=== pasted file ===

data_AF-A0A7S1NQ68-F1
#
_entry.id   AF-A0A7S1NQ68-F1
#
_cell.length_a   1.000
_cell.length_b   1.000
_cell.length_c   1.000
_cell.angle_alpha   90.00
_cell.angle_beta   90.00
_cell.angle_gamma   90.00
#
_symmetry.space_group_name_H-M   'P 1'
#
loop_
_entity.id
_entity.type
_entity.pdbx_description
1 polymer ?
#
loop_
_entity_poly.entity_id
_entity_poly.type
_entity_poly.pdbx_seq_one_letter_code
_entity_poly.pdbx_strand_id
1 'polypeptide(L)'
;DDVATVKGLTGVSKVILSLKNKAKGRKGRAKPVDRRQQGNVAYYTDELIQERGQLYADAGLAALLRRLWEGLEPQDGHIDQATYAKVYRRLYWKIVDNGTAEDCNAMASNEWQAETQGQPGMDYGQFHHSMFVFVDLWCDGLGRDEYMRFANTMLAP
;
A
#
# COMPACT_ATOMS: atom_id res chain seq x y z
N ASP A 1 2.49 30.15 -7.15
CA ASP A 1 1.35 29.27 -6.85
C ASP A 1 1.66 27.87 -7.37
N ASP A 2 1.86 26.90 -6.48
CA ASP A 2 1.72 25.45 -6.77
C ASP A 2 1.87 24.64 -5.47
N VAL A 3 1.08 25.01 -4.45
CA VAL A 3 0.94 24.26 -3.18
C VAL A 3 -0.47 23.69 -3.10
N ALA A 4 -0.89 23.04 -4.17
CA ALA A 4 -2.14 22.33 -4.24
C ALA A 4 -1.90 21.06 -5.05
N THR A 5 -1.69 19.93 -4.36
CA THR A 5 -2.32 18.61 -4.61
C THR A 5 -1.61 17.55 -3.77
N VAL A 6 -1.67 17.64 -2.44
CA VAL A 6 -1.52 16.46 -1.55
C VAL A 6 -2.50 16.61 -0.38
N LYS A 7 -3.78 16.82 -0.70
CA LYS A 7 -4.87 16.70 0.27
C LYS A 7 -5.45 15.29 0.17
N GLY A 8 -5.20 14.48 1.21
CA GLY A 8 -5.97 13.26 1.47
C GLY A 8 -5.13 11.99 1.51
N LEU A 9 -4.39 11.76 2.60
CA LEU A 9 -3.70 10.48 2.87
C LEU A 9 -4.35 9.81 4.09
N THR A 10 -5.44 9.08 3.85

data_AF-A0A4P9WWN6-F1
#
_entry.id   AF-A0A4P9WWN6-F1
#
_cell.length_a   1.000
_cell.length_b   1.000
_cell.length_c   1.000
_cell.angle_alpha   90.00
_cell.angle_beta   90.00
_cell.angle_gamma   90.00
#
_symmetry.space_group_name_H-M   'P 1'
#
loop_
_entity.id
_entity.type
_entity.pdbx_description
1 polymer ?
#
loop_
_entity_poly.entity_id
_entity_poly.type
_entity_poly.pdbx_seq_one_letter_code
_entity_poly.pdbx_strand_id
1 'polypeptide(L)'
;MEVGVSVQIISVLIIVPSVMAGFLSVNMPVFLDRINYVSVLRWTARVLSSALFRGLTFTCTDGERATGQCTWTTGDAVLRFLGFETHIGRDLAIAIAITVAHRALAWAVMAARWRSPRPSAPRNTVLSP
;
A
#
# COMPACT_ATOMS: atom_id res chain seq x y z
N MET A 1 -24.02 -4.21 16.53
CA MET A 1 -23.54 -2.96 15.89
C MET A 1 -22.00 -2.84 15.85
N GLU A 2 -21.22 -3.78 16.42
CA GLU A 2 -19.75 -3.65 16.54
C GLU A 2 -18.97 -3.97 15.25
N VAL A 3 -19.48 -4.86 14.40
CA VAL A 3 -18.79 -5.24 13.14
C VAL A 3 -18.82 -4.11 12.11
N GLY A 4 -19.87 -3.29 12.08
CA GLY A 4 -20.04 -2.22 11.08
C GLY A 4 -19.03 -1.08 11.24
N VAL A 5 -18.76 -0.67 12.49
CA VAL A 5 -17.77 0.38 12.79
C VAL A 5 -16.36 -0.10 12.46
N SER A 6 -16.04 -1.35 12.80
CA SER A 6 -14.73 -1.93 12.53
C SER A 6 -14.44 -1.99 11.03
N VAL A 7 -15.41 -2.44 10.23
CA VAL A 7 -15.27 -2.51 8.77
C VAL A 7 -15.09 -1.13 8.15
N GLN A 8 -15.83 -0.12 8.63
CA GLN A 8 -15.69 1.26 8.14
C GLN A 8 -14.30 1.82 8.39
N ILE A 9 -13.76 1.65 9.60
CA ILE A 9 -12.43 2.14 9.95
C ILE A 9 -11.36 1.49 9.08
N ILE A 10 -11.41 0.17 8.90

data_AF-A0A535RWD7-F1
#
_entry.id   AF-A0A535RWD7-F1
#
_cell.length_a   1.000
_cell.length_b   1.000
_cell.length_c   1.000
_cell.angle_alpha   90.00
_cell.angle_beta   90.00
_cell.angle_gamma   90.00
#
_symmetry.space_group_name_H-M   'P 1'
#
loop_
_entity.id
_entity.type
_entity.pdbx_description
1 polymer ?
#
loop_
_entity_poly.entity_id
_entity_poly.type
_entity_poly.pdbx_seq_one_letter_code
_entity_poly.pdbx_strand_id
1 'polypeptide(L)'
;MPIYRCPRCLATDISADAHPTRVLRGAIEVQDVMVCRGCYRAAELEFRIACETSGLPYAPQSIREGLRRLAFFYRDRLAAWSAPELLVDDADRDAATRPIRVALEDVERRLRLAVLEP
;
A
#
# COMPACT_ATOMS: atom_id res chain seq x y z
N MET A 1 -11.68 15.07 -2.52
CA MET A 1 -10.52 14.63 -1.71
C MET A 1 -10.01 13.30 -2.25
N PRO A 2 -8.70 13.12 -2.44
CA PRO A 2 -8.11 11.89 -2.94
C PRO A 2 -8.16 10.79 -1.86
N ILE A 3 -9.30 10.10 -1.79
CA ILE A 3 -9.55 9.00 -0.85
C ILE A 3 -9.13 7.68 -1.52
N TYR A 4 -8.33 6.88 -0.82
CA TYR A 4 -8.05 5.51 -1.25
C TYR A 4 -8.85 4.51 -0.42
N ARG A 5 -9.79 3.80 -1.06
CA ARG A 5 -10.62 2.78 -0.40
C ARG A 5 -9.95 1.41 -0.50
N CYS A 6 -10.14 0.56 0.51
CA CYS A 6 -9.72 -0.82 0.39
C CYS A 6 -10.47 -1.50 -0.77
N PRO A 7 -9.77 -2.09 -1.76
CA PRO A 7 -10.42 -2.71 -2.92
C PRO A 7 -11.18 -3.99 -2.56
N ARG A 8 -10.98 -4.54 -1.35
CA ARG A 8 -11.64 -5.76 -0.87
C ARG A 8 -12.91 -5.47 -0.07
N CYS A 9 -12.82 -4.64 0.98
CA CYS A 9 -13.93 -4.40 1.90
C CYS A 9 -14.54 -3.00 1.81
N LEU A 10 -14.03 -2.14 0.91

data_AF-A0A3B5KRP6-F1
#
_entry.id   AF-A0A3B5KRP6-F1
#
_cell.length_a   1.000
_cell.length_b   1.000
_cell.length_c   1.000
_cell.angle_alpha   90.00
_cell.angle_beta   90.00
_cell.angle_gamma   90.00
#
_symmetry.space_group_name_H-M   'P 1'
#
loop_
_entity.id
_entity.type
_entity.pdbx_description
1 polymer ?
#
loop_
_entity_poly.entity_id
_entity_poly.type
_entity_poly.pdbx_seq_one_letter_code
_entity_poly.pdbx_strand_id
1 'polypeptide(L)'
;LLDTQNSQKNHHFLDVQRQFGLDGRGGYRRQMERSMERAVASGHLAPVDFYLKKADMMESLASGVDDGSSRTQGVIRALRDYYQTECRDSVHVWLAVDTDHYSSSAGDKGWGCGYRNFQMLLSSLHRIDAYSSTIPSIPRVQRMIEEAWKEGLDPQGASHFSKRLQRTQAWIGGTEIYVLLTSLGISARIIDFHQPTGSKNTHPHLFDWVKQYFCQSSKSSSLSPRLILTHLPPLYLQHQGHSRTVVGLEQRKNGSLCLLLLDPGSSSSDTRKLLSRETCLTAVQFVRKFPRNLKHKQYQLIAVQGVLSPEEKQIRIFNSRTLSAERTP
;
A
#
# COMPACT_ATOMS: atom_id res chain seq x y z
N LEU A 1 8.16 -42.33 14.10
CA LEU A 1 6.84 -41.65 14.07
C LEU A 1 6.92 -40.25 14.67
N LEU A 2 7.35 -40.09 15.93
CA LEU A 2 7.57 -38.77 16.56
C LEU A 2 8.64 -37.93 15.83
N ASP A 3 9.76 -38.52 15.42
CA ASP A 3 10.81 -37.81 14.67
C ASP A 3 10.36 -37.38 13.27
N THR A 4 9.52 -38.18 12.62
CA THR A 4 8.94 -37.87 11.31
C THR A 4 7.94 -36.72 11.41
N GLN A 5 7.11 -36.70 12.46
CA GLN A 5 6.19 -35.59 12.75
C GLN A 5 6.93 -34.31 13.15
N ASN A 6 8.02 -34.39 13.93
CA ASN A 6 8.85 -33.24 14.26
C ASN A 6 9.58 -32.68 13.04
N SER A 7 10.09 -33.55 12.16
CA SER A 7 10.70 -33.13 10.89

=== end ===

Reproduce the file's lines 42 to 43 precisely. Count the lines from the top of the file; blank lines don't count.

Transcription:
C ALA A 4 -1.90 21.06 -5.05
N THR A 5 -1.69 19.93 -4.36